The Wonderful Future That Never Was: Flying Cars, Mail Delivery by Parachute, and Other Predictions from the Past by The Editors of Popular Mechanics
Popular Mechanics has been in continuous publication since 1902, and predictions of the future have always been found in its pages. Many of those focused on what life would be like at the turn of the next century - the one we are in now. So it is fun, often funny, to read the predictions and compare them to what our lives are actually like.
Many of the predictions have come true over the past hundred years: we travel by jetplane; we have computers in our homes; plastics are everywhere; use of gps is replacing maps; and radio movies, ie television, are very popular. Many, of course, have not: hovercraft have not replaced cars; no one I know has a personal jetpack; pneumatic tubes did not pan out as a method of mass transit; we have not colonized Mars. Yet.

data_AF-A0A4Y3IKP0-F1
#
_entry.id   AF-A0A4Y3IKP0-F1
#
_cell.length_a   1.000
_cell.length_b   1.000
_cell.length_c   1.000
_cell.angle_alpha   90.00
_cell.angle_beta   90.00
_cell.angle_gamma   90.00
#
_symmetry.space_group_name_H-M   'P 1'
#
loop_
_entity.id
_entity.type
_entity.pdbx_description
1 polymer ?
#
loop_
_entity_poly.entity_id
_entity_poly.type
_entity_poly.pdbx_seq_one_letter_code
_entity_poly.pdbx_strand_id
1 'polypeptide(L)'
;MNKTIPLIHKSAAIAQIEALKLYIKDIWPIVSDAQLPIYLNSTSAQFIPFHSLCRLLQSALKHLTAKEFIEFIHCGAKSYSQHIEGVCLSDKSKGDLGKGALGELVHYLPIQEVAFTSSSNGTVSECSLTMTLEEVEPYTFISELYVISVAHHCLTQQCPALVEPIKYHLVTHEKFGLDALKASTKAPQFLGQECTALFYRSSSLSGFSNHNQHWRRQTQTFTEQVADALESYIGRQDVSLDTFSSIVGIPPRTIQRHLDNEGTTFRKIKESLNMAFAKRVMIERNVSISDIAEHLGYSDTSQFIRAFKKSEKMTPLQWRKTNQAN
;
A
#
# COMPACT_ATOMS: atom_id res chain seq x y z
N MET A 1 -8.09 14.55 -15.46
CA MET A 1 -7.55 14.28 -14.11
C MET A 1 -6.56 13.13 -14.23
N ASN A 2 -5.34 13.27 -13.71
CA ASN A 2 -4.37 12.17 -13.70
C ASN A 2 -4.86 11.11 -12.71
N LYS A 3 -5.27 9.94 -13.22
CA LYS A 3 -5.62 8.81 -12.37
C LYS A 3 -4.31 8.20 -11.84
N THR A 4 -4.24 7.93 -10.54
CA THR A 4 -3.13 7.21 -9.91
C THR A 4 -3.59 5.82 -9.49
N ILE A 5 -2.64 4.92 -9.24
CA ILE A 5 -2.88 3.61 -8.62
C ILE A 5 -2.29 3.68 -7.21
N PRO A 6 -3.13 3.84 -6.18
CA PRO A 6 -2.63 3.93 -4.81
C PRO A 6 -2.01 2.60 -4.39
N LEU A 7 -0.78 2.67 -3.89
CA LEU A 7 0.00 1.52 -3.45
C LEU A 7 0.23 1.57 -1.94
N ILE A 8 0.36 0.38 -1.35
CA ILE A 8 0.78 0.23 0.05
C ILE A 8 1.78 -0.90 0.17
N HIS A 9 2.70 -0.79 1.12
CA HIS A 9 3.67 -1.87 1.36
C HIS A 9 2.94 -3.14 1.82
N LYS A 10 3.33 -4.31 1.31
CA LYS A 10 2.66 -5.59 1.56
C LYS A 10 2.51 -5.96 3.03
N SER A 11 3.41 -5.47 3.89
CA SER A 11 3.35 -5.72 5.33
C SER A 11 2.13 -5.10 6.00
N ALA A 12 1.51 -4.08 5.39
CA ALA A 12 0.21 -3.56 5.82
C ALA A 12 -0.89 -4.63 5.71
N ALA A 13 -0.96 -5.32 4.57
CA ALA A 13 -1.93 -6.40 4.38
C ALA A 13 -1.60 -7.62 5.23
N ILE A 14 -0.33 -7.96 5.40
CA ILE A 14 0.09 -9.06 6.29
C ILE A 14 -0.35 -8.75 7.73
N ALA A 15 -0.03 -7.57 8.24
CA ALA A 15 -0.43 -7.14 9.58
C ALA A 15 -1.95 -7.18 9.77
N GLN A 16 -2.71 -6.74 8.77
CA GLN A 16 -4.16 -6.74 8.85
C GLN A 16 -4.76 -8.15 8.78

Reading all the predictions gives me the post-family-vacation thought: where ever you go, there you are. It seems like scientists predicting the future make the same omission I make when imagining travel with adolescents. They forget that new places or new technology doesn't make new people. Even if, as predicted in 1950, scientists were able to manufacture candy from our dirty paper napkins and rayon underpants, it doesn't mean people want to eat it. Designing new towns doesn't mean people won't litter. We wouldn't be safer drivers if we all had helicopters instead of cars.
Still, we've put men on the moon. We have refrigerators and freezers in our homes. Life expectancy has increased by 50%. We've done some pretty cool stuff.